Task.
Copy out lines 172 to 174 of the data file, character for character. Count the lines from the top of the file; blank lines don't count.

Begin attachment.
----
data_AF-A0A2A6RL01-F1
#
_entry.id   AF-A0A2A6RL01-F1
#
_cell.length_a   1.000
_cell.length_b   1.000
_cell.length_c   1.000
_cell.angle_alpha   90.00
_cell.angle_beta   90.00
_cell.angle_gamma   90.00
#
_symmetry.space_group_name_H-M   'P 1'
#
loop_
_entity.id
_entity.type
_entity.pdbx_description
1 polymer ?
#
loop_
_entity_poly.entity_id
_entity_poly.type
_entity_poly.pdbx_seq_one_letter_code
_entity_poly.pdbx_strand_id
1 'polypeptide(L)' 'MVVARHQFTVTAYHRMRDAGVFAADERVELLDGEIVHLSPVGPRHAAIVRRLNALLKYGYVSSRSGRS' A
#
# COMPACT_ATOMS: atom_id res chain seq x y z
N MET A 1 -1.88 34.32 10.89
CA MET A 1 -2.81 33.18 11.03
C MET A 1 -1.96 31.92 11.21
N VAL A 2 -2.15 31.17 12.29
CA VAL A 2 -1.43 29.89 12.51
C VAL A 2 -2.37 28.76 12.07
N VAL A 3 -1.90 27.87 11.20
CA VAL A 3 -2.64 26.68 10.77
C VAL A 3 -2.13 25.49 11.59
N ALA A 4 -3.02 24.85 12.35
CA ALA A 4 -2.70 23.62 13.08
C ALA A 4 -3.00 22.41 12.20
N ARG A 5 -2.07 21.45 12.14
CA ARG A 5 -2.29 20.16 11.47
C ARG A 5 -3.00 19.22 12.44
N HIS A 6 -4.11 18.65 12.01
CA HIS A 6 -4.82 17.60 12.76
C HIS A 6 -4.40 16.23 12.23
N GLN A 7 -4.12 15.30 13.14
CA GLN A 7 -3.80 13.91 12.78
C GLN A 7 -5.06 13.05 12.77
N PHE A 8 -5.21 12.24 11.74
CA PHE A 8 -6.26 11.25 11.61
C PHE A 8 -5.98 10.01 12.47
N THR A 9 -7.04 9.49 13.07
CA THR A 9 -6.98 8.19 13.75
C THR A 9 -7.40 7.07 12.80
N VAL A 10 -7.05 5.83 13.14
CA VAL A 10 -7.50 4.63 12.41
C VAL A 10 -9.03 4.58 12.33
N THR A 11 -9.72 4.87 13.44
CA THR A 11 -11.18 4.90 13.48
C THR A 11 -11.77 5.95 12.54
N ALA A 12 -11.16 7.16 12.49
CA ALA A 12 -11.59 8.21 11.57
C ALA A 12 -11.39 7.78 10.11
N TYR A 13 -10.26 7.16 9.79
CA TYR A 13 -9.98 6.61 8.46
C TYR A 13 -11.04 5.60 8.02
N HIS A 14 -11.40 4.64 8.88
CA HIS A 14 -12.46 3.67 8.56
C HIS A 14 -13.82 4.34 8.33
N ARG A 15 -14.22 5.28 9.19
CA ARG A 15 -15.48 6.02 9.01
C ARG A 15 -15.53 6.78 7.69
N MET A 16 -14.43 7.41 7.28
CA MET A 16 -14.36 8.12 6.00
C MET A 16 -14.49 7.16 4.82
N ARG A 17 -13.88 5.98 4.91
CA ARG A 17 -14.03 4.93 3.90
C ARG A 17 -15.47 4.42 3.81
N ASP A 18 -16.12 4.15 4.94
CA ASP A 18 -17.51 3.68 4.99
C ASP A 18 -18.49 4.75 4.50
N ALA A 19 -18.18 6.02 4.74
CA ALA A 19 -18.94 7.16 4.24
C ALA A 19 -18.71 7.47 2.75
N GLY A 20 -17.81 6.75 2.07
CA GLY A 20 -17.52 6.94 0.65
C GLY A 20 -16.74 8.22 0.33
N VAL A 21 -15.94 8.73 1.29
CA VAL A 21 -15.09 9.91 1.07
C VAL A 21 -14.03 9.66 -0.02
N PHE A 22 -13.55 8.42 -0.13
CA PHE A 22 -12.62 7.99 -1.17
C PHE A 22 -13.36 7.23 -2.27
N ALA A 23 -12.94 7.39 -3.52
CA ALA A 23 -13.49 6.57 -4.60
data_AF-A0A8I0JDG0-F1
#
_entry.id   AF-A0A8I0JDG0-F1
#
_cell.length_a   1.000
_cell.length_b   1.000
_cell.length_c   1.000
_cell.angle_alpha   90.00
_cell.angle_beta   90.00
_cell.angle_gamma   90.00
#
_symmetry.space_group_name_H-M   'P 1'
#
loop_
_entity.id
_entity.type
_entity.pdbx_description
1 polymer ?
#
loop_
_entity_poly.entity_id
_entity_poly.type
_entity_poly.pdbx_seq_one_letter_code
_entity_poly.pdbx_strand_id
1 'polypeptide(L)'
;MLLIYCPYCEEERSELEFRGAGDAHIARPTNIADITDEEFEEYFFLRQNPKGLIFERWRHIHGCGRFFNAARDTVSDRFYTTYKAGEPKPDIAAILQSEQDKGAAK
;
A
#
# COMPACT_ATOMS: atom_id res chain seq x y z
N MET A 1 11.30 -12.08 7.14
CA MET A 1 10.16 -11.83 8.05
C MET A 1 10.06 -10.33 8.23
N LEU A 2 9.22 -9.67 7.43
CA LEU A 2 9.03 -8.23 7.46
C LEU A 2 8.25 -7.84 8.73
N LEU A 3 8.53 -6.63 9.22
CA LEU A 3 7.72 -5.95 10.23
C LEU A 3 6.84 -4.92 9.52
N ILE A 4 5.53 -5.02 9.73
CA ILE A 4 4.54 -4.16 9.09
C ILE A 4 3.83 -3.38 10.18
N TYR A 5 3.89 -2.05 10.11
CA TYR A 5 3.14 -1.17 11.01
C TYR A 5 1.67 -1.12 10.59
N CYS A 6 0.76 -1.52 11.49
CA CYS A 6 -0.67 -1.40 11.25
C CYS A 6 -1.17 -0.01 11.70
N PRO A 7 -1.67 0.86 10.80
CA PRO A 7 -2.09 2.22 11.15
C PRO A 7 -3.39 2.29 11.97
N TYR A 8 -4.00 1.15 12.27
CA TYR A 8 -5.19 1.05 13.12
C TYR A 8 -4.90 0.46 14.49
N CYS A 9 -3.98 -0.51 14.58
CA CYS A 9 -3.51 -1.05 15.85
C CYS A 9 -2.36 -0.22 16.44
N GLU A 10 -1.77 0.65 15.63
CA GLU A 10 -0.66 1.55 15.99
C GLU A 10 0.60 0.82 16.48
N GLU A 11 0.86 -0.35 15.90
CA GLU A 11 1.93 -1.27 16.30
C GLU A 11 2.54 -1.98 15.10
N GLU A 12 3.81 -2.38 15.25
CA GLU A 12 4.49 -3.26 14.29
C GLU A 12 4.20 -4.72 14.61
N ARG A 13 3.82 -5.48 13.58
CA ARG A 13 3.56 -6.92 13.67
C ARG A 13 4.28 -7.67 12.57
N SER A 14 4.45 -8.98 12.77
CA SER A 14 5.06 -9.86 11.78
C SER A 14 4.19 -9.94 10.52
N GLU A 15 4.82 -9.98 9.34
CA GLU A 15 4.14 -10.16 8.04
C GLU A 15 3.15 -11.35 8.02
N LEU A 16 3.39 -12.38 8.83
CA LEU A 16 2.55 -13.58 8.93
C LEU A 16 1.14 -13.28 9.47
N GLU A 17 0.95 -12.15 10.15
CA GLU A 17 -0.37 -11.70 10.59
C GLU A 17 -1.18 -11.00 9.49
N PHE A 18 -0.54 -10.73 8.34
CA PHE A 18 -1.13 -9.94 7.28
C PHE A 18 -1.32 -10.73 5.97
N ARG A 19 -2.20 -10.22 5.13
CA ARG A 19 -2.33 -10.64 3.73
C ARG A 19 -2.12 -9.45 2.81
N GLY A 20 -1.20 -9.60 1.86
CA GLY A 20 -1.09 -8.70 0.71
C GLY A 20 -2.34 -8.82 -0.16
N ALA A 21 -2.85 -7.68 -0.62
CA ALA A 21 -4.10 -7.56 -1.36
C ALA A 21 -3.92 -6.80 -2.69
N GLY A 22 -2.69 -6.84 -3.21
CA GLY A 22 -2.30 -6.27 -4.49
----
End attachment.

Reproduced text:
CA LEU A 16 2.55 -13.58 8.93
C LEU A 16 1.14 -13.28 9.47
N GLU A 17 0.95 -12.15 10.15